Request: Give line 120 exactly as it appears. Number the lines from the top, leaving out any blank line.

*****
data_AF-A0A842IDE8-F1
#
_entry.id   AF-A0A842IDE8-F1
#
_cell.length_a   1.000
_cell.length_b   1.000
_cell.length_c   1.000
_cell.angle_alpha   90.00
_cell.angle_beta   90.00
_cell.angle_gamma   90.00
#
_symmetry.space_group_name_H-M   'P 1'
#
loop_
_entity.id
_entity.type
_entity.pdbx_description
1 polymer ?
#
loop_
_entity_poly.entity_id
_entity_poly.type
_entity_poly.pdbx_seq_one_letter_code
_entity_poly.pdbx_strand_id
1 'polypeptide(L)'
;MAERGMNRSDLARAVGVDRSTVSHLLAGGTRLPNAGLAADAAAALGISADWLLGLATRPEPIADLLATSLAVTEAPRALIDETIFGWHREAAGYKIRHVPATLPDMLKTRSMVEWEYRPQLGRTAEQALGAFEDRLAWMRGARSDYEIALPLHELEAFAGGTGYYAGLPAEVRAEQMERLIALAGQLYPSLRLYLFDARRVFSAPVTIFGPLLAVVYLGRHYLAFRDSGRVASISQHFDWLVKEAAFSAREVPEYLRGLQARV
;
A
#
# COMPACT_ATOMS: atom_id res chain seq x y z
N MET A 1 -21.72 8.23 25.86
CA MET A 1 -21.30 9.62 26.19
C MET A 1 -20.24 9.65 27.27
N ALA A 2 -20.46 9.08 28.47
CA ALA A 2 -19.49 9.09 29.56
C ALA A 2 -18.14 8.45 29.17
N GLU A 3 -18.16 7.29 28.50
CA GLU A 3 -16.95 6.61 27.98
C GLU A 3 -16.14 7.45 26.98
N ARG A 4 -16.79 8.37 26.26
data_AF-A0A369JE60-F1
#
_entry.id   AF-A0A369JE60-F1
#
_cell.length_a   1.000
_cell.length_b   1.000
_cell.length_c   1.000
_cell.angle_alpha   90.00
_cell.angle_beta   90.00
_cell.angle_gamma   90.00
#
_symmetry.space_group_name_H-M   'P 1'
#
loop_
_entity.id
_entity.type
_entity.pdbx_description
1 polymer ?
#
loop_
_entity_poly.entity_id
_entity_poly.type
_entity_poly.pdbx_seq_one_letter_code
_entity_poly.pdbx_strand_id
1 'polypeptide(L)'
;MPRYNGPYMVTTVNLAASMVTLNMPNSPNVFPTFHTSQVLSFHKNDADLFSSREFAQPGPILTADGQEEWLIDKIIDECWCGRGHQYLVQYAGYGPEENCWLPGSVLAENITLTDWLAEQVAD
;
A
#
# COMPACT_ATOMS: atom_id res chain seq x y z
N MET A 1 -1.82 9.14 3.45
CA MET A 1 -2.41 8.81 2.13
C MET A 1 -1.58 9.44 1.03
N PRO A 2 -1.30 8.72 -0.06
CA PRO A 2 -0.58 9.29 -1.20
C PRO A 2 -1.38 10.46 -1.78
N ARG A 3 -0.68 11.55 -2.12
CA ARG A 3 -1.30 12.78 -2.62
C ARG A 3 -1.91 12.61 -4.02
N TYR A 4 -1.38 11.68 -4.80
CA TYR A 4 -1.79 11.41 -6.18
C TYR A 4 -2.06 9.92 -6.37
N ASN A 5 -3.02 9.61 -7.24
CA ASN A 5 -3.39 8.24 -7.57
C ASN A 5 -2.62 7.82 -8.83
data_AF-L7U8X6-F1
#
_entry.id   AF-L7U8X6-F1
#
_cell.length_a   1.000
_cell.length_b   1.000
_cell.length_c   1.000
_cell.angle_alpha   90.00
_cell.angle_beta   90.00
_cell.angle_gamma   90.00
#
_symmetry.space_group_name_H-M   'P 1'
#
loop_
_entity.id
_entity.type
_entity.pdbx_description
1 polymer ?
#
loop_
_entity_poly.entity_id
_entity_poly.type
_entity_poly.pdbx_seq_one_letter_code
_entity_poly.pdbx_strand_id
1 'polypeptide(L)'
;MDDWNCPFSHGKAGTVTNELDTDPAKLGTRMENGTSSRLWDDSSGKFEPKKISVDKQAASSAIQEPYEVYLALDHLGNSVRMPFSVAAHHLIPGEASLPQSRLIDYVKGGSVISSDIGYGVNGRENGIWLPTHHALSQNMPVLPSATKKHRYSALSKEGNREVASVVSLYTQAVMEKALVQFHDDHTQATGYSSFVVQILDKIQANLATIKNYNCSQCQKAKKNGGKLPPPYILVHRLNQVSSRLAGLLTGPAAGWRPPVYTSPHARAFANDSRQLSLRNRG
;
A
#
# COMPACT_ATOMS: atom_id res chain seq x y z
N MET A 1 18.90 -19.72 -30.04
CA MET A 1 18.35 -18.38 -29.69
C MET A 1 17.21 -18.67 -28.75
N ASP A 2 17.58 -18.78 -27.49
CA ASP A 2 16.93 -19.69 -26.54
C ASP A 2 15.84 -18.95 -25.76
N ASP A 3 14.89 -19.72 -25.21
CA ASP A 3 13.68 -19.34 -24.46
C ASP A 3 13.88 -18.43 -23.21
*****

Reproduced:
CA ASP A 2 16.93 -19.69 -26.54